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Be wary: animations risk embedding confused metaphors


Professor Andrew George, Deputy Vice Chancellor (Education and International), wrote for Education Technology this week on the risks of using animations in teaching.

Building on his recent piece for The Conversation, ‘Antibodies are not magic bullets – more like sticky drunkards’, Professor George explores how misleading animations can lead to fundamental misunderstandings for students down the line, when they may be designing or trying to understand experiments or treatments:

"It is vital to use diagrams, animations, and metaphors in teaching, but they can never show the entire truth. We have to simplify what we are explaining to give the essential points that are needed for our students' understanding, stripping out information that is not directly relevant to the issue at hand. We have to give them metaphors that inspire them and illuminate their understanding.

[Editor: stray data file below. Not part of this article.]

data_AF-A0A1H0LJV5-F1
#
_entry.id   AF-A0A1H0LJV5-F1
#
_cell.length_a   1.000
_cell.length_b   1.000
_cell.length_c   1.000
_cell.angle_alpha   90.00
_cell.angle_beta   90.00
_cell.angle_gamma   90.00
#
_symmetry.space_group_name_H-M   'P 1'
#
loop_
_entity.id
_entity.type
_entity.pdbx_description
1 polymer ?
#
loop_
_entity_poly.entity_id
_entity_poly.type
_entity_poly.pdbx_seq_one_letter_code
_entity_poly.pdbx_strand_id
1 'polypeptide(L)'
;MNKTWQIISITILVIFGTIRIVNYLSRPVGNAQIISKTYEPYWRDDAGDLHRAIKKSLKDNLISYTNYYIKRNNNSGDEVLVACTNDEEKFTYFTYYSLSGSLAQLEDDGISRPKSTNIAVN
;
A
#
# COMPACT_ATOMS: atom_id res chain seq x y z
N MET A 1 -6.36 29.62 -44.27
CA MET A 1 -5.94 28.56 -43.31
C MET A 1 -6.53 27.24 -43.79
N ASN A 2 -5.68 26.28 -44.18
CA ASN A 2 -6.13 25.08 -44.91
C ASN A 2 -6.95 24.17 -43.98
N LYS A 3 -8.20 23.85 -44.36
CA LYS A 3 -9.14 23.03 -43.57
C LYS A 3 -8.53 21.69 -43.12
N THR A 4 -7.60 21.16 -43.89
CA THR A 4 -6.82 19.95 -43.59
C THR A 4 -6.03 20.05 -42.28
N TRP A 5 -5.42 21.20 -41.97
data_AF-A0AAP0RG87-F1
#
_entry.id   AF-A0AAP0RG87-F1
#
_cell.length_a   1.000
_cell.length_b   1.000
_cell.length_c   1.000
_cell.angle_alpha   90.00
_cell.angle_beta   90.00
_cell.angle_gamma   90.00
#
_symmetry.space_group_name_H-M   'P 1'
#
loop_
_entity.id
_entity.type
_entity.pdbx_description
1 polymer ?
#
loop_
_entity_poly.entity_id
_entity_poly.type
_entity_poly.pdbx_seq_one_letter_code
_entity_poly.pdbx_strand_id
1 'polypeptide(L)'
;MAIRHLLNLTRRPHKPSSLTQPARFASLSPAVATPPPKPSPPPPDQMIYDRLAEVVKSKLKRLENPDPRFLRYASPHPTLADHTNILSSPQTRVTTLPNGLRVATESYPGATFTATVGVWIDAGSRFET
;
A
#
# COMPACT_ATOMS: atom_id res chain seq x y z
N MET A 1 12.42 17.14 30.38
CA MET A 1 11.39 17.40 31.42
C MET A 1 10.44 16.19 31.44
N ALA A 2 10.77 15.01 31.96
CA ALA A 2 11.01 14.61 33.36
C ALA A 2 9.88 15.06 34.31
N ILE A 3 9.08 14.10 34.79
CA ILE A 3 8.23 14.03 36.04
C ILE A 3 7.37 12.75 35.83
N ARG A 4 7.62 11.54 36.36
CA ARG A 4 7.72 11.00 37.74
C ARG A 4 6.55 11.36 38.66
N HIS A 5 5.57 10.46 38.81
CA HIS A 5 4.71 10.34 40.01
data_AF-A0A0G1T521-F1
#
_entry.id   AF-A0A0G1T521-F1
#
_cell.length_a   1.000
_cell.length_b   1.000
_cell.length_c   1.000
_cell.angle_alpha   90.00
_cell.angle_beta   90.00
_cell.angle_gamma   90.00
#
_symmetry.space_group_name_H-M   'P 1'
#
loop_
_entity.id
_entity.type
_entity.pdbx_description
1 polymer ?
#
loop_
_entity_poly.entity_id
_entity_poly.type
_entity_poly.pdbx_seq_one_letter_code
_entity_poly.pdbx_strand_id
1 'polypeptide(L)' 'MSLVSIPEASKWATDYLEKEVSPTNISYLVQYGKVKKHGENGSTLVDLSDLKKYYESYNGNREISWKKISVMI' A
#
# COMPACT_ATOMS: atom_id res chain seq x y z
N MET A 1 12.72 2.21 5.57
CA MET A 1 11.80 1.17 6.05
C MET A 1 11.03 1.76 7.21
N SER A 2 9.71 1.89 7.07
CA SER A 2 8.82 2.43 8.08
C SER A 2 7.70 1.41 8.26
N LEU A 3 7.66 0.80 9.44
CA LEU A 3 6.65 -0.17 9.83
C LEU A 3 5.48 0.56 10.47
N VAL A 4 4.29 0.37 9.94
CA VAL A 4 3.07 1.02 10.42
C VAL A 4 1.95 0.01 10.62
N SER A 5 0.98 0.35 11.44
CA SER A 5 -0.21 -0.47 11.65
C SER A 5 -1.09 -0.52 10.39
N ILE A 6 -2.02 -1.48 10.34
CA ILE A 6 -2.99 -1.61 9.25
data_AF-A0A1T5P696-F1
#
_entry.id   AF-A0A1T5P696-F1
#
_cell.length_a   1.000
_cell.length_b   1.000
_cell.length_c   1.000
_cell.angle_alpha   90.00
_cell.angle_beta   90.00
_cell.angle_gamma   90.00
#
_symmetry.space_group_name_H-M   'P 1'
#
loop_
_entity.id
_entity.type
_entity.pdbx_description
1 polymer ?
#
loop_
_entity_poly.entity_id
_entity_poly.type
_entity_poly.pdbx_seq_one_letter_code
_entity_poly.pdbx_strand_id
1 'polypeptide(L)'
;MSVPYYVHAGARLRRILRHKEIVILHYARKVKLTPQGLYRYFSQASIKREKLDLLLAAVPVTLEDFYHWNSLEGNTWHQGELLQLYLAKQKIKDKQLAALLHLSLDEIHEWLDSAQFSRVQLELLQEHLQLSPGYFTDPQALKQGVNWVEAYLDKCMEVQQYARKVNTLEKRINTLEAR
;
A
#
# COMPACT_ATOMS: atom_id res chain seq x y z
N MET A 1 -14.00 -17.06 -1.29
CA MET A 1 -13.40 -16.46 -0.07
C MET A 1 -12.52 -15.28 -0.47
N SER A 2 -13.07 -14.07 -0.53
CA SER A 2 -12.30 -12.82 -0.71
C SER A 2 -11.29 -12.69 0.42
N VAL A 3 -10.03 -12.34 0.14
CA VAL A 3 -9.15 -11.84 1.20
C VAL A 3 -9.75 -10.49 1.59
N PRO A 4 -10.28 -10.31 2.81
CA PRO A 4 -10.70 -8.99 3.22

However, we need to think through and be aware of these simplifications and what the hidden assumptions are so that we can show our students their limitations.

We need to be less lazy and more imaginative about the images that we use and the way in which we describe things. If you open an online resource or a text book, too often you see the same types of diagram or animation used to describe some process or system. There is a surprising, and rather depressing, lack of diversity.

If we gave our students more variety then they might understand that any one animation or image represented a partial view of the truth and needed complementing by others. They might (indeed we might!) develop more flexibility in thinking to use different imagery and metaphor to challenge their (our) deep assumptions."

Read the full article on the Education Technology website

Follow Professor Andrew George on Twitter @ProfAGeorge

Reported by:

Sarah Cox, Media Relations